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The Big Q

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  •  Fast Friends: Rushing Intimate Relationships

    Thursday, Oct. 16, 2014

    We’ve all heard that “your greatest friends come in college”—those lifelong friends that you toast to at the Grand Reunion or dance the night away with at your wedding reception. As freshmen, we envision ourselves surrounded by this core group of loyal companions from the get-go. We’re expected to post pictures of our fabulous new BFFs on Facebook and form an inseparable clique within a matter of weeks.

    When we come to college, we don’t want to wait around. We need friends, and we need them quickly! We rush relationships. We talk about our successes and failures, our home lives and our love lives, our fears and our ambitions.  

    The problems arise when we over-share and try to force intimacy.  Relationships don’t need to be physical to be intimate; close friendships are intimate in an emotional way. Premature intimacy of any kind can lead to heartache.
    Imagine that you’ve had a rough day. For comfort, you confide in a new friend, Sam. After a night of venting, you decide to share a troubling secret—you feel safe.
    The next day, however, you’re approached by a stranger in the hallway.  The stranger places his hands on your shoulders, and says, “Hey, Sam told me what happened. Feel better!”
    What!? Your new friend spilled. You’re hurt, but you doubt that Sam shared your secret maliciously. Either way, what do you do? There’s an imbalance of trust.
     
    Healthy relationships depend upon a strong foundation of trust, and trust takes time. Think carefully about your closest friends. How long have they been around? Many of our dearest friends have held prominent positions in our lives for one, five, or maybe even ten years. Often, you’ve grown up with one another, from the toddler diaper days to the teenaged braces phase. You’ve seen everything—the good and the bad. You’ve endured catty high school drama or vigorous sports team practices side-by-side. You know each other inside and out.
     
    During the beginning of college anonymity seems devastating, yet friendships with unreciprocated trust may sting just as badly.  What has been your experience with friendship in college?  When do you know you can trust someone?  How do you define true friendship?
     
     
  •  Claustrophobic

    Monday, Sep. 17, 2012
    Derek's roommate, Joey, is extremely clingy.
    The best college student comment on "Claustrophobic" wins a $100 Amazon gift certificate. Entries must be received by midnight, September 30. Finalists are selected by likes, so get your friends to like your comment. Subscribe to the blog (by RSS or by email in the right hand column) for updates.
     
    Derek is beginning his freshman year in college. Wanting to expand his social horizons, he had signed up for a random roommate assignment when it came time to register for housing. Now, several months after making that decision, he felt a little nervous as he moved the first boxes into his room. However, his roommate, Joey, had arrived before him, and he was quickly relieved to discover that Joey seemed “normal.”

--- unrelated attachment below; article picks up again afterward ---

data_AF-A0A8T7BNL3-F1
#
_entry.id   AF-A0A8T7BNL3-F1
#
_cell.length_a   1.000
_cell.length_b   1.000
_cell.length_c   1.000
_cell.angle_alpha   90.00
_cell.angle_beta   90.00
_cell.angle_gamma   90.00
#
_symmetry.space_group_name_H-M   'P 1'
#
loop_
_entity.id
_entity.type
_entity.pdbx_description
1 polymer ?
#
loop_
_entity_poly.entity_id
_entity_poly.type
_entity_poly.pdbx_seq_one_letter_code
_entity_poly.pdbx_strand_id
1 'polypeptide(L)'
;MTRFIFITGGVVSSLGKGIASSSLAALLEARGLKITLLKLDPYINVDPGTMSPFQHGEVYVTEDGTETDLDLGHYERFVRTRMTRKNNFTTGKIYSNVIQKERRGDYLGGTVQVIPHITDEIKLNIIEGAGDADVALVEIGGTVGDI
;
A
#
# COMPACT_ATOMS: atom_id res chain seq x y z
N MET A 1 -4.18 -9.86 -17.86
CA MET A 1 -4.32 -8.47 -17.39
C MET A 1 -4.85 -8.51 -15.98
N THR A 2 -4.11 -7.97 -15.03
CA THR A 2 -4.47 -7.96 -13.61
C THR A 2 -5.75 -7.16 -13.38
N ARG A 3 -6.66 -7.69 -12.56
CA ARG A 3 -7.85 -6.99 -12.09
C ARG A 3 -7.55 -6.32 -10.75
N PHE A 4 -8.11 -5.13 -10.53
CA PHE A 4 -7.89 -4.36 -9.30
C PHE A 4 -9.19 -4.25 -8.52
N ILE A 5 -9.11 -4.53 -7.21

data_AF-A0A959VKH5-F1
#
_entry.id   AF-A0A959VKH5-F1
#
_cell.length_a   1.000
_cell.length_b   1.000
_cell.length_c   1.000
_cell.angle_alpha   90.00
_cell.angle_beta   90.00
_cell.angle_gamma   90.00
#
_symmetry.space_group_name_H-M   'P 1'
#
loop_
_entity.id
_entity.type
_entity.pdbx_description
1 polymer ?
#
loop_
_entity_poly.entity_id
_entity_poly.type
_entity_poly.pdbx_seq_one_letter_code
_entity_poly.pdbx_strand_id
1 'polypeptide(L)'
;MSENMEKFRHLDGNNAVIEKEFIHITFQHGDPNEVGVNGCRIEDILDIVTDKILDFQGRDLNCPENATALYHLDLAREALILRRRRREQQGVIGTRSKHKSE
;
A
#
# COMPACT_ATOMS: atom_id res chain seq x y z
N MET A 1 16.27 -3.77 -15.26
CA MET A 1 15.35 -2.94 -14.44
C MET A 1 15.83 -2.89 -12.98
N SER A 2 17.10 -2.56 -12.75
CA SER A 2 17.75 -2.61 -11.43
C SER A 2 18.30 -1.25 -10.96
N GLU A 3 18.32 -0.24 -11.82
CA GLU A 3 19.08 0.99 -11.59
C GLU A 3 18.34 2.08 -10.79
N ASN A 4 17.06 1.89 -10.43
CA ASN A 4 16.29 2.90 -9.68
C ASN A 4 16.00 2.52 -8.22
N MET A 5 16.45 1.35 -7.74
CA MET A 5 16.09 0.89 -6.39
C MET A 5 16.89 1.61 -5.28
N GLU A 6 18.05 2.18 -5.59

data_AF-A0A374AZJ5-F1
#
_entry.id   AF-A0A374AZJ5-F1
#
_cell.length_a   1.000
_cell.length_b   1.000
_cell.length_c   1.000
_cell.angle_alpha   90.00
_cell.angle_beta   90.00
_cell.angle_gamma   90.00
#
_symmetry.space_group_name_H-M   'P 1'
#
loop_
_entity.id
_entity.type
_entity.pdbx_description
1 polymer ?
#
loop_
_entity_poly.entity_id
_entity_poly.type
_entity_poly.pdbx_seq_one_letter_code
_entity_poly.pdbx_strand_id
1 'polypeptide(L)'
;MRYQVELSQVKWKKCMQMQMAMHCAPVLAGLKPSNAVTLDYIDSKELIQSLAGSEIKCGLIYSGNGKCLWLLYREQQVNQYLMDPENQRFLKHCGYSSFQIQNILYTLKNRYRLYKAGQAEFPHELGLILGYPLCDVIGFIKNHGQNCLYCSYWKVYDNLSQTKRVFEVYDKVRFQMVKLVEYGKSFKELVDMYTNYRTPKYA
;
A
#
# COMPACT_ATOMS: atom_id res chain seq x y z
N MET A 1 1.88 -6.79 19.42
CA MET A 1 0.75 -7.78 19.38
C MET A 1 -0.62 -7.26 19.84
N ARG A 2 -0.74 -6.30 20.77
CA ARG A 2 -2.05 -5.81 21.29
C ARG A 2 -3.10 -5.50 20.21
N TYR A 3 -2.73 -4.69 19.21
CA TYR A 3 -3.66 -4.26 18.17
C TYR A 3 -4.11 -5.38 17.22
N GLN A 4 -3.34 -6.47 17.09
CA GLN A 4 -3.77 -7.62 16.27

The two guys got dinner together the first night, and got to know each other a bit. Joey seemed friendly and didn’t have any obvious hygiene issues, so Derek felt like it was a good match! He had heard lots of roommate “horror stories,” and was thankful that he would not be added to that list.
     
    After the first couple weeks of classes, Derek signed up for the student government and quickly found a group of friends through that organization. Joey, however, was less proactive—he seemed to limit his free time to surfing the Internet, and began to make comments about feeling lonely and homesick. Derek felt bad for the guy, so he invited Joey to hang out in his new friend group as an opportunity to socialize and meet more people.
     
    As Joey began to tag along more and more, Derek started to realize that their personalities didn’t exactly mesh. Little things that Joey would do or say would rub Derek the wrong way, and he could tell that others in the group shared that sentiment. It began to be an obligation to invite Joey along to things, and nobody felt that they could completely be themselves with Joey around. Derek felt responsible for creating this tricky dynamic, and felt that he had to do something about it.
     
    Torn between being a good friend and feeling claustrophobic, Derek was faced with a tough decision. Should he stick it out for the rest of the year for Joey’s sake? Or, should he be honest and tell Joey that sometimes he wants a little space to hang out with his friends by himself?
     
     
     
     
     
     
     
    Photo by maverick253 available under a Creative Commons license on Google Images.
  •  Oh, the Cleaners Will Get That

    Monday, Sep. 12, 2011

    Best Student Comment Wins a $50 Amazon gift card. Responses must be received by midnight, September 12, 2011

    Mike is new to the Bike Club on campus and the first meeting just finished. As members start shuffling out of the room, Mike notices no one picks up the trash. Mike starts to gather plates, cups, and napkins and throw them away.

    The president of the Bike Club, Tom, says, “Oh, the cleaners will get that.” Do students have a responsibility to clean up after themselves? Or is it not that important since the University pays people to clean?